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Brexit: Almost 20 government ministers ‘meeting in secret’ to discuss plans to avoid no deal, reports say

Indy 100 logo Indy 100 24/01/2019 Shehab Khan
Amber Rudd standing in front of a door © Provided by Independent Digital News & Media Limited

Nineteen ministers have been meeting in secret to discuss plans to stop Britain leaving the European Union without a deal, it has been reported.

Senior figures in the cabinet, including Amber Rudd, Philip Hammond, Greg Clark and David Gauke, are all believed to be among the ministers who have been attending the fortnightly meetings aimed at formulating the best approach to prevent a no-deal Brexit.

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Discussions included the best strategy in dealing with the amendments that attempt to block the scenario where the UK crashes out of the EU with no deal, The Telegraph reports.

"The group is united around opposition to no deal and doing everything in our power to stop it. We are not tied to Cooper and Boles but we are intent on finding a way to stop it and stop it as soon as possible,” one attendee told the newspaper.

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Earlier in the week Ms Rudd had apparently told Downing Street that up to 40 government ministers could resign if MPs are now allowed to vote to prevent the UK leaving the EU without a deal.

The work and pensions secretary reportedly urged Theresa May to give Tory MPs a free vote on the motion.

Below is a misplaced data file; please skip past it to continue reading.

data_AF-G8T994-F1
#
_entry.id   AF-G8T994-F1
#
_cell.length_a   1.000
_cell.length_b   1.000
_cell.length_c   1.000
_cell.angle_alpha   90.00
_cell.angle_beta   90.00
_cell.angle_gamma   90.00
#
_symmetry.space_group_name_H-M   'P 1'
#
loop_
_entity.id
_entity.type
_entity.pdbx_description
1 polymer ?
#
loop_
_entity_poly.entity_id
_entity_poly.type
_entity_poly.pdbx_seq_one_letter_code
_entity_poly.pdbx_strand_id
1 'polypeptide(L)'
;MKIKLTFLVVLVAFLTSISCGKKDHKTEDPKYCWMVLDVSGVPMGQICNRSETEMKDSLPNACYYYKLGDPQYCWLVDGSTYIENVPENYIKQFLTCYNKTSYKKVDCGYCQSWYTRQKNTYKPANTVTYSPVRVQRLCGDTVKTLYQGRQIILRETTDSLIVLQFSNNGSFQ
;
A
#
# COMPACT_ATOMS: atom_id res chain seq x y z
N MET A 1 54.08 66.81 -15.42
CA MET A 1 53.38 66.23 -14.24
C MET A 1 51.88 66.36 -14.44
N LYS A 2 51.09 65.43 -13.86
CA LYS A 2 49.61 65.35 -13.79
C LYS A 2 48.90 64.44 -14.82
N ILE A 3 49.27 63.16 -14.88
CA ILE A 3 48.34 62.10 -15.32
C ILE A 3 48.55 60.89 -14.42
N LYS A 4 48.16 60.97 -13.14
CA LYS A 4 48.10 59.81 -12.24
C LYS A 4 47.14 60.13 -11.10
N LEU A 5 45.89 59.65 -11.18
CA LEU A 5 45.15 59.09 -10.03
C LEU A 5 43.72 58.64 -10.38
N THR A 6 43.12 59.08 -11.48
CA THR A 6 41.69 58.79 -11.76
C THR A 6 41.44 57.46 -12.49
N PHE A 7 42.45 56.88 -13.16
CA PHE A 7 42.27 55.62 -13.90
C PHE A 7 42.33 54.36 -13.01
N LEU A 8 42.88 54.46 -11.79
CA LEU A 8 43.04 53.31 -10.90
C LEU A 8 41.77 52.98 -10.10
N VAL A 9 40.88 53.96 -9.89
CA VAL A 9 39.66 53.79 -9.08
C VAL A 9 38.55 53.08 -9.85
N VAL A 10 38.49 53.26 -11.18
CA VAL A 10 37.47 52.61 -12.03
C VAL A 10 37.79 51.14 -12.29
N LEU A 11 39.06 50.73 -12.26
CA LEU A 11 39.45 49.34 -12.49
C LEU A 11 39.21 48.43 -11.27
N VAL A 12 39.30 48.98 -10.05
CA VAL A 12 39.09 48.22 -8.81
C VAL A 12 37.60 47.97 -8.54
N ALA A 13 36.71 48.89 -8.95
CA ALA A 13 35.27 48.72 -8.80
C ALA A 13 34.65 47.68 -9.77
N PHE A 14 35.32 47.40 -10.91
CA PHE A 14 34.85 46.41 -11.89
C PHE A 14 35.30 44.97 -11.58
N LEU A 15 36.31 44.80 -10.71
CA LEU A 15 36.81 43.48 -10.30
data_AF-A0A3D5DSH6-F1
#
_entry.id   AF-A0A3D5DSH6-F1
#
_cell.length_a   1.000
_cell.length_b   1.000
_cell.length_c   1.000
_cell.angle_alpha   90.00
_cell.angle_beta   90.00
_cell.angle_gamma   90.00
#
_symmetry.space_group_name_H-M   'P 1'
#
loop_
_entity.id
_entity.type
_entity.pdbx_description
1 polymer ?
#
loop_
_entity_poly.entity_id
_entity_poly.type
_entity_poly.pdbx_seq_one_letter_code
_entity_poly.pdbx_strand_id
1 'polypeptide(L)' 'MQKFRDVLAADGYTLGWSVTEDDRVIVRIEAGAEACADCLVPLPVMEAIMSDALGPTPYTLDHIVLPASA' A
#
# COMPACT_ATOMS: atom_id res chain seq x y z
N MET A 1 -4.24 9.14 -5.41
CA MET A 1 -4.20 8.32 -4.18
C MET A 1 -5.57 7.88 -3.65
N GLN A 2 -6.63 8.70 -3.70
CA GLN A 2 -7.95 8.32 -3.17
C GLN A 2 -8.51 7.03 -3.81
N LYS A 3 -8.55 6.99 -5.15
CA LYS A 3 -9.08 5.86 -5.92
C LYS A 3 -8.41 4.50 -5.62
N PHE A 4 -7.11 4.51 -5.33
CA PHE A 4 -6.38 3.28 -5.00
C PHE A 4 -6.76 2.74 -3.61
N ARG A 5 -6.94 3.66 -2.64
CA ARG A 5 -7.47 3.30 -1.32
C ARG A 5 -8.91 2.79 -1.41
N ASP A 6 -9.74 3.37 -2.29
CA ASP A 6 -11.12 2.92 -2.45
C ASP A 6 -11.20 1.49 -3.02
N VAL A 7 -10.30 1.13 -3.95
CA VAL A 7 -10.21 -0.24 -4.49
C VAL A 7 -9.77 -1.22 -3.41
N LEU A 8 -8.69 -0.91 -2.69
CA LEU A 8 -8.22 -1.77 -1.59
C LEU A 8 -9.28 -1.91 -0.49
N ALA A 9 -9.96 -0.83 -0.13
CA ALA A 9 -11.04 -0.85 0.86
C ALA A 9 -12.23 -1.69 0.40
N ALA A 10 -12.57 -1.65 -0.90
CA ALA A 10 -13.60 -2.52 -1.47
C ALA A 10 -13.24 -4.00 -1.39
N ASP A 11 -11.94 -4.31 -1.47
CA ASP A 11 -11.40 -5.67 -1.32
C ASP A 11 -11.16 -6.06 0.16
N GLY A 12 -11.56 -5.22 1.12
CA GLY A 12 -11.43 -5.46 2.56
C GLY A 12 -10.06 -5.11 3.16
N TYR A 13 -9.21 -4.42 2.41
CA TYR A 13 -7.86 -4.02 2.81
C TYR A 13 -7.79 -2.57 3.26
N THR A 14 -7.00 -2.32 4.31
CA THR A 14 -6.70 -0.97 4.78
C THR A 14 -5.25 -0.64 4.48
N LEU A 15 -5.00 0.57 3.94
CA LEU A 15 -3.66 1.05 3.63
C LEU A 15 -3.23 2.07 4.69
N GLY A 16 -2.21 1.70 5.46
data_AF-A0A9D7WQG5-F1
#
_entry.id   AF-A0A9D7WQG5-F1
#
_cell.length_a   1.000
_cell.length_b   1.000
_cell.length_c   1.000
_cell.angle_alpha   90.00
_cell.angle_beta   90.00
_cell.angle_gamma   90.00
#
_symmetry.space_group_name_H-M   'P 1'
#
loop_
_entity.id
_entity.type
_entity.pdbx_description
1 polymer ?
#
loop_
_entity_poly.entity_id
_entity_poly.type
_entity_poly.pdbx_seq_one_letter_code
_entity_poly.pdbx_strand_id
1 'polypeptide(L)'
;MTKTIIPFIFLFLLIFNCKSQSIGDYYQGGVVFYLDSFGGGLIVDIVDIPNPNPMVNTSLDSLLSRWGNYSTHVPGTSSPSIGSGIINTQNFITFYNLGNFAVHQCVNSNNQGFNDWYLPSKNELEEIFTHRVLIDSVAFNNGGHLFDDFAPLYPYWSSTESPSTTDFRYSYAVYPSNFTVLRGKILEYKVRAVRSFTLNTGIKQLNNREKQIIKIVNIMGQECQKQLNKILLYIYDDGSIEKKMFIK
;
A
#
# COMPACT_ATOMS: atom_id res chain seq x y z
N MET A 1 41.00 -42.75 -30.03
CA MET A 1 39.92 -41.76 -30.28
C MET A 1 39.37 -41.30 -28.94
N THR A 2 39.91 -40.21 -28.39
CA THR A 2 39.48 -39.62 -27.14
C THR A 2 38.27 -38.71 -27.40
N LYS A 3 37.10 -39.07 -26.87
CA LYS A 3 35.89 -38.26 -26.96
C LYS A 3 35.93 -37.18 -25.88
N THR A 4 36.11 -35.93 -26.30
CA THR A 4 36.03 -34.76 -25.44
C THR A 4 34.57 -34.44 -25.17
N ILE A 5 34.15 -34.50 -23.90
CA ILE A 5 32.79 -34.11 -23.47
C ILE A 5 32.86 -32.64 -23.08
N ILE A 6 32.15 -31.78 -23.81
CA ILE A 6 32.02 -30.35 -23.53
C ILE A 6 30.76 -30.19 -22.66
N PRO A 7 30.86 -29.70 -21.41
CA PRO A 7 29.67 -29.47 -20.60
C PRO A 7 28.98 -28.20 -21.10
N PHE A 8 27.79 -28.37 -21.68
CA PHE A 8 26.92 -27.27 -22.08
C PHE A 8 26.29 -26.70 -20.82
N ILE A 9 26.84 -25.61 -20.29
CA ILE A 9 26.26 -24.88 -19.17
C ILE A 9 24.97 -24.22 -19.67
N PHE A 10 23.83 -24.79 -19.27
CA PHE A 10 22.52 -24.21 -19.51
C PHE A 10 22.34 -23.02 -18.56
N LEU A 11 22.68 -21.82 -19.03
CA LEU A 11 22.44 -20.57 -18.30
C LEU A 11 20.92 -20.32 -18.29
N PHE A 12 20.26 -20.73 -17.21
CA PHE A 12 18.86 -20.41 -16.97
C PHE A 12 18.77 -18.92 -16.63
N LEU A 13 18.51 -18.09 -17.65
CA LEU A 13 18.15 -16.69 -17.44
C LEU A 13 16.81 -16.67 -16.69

The latest revelation comes as leading Brexiteer Jacob Rees-Mogg urged Theresa May to suspend parliament if MPs attempt to thwart a no-deal Brexit.

Mr Rees-Mogg told a meeting of the Bruges Group of Tory Eurosceptics that the efforts by backbenchers to drive parliamentary business were a “constitutional outrage”.

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“If the House of Commons undermines our basic constitutional conventions then the executive is entitled to use other vestigial constitutional means to stop it,” he said.

“By which I basically mean prorogation ... And I think that would be the government’s answer, that is the government’s backstop, to use a choice phrase.”

Prorogation is the time between the end of a parliamentary session and the state opening that marks the beginning of the next session.

Under these circumstances, any pending legislation would fall, including amendments such as that tabled by Yvette Cooper, that would prevent a no-deal.

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